While on a work-related trip to Barcelona a couple years ago, I fell in love with the mosaic tilework in the architecture of Antoni Gaudi. The picture you see here is a close-up of the tiles in the curving benches of Park Güell.
Fast forward to last week.
My friend and I went to an open house at a center for artists. I'm not sure what to call the place exactly. It was a large warehouse sort of building that is being refurbished into separate artist studios. During the open house, people could roam from one studio to the next looking at each artist's work and what he or she had for sale. The studio that most intrigued me was that of an artist who decorated tables, frames, pots, and bowls with mosaic tiles. She told us how she scours flea markets and yard sales for dishes with interesting features and desired colors and then breaks them up with a hammer.
As much as I like mosiac tilework, this is not the point of this post.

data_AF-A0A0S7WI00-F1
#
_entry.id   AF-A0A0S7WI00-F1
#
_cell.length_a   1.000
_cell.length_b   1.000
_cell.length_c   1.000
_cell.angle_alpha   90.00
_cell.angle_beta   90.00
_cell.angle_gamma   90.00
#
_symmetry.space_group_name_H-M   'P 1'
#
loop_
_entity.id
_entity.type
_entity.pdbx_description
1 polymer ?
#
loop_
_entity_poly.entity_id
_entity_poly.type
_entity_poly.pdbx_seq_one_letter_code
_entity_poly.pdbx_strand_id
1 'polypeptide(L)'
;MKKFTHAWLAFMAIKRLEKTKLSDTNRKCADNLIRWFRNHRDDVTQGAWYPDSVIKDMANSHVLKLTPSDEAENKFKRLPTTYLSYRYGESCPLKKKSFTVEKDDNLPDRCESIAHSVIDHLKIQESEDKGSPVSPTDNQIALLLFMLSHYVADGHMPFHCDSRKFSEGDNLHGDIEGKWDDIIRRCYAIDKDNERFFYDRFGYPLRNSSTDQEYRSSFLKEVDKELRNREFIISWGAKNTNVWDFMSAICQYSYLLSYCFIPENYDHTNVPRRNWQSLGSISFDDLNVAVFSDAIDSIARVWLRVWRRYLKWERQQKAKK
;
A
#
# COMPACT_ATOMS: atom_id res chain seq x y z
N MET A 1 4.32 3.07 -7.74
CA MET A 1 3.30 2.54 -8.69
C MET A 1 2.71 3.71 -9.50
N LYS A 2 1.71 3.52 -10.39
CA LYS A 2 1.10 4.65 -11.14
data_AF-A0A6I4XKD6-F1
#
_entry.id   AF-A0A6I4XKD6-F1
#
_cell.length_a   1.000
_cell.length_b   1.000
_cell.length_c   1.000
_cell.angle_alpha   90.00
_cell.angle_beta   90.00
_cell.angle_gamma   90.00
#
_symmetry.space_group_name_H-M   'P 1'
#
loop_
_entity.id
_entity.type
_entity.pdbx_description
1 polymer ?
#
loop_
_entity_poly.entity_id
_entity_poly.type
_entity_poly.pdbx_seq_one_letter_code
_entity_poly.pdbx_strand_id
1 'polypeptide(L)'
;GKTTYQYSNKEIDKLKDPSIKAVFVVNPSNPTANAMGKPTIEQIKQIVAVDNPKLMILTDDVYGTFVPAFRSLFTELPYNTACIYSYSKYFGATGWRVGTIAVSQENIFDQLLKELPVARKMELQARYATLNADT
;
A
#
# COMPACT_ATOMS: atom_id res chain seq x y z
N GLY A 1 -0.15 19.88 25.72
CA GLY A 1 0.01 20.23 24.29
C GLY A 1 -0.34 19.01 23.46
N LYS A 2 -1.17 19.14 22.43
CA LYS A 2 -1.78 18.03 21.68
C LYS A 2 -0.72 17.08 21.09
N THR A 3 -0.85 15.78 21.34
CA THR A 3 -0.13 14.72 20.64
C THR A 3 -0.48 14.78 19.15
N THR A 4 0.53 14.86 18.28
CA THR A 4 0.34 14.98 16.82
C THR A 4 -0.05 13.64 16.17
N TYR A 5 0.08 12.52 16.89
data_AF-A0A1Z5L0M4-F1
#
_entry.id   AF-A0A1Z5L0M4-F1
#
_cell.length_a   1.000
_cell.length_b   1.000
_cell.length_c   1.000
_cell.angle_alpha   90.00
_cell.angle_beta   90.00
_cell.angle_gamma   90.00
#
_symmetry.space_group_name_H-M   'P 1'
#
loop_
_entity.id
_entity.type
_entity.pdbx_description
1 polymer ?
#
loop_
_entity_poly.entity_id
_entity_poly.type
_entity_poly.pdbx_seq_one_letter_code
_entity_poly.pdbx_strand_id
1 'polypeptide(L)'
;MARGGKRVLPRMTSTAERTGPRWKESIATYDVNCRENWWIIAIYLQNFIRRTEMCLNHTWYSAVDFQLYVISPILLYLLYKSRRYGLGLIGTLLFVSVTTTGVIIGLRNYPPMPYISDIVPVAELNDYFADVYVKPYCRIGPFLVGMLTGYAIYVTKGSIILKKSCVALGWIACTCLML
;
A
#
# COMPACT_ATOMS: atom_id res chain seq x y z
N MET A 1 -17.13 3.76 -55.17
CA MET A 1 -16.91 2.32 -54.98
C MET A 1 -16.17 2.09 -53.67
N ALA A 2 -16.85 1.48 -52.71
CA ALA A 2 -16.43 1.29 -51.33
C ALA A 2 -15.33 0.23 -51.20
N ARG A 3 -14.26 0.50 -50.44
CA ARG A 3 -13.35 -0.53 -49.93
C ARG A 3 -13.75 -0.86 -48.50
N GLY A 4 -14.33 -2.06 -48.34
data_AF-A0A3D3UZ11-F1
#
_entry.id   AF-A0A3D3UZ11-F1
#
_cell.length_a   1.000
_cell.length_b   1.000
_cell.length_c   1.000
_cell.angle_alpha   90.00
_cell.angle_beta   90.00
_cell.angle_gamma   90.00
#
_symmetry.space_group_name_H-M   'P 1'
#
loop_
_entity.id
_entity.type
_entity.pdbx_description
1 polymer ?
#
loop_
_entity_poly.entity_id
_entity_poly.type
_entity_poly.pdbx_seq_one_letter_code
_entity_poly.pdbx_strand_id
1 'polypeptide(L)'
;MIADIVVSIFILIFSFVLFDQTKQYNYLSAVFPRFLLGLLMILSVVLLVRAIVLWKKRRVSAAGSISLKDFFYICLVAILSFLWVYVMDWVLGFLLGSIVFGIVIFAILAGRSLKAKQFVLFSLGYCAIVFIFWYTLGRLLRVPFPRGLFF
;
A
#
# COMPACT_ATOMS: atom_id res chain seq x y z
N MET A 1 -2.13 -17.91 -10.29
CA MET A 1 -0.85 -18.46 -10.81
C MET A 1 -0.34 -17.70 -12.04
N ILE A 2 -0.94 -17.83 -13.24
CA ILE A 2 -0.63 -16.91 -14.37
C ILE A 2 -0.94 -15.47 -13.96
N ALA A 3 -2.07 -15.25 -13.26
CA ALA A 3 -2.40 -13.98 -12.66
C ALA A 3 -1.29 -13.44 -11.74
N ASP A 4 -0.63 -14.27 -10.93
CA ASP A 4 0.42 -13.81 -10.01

The point of this post is what just arrived in my mailbox. My friend, with whom I'd gone to this artists' open house, sent me an envelope in which she had included an article on mosaic tilework. How to do it. Specifically, how to transform an old table or pottery pot into a mosaic masterpiece. She had written a quick note on the article, something to the effect that she knew she had seen an article on this recently and here it was. This isn't the first time this friend has done this. She has often sent me articles or copies of something that she knew I'd be interested in. What a gift, to get a tangible piece of paper in the mail that acknowledges and furthers a personal interest. That's part of friendship, part of the concept of "iron sharpening iron" between people.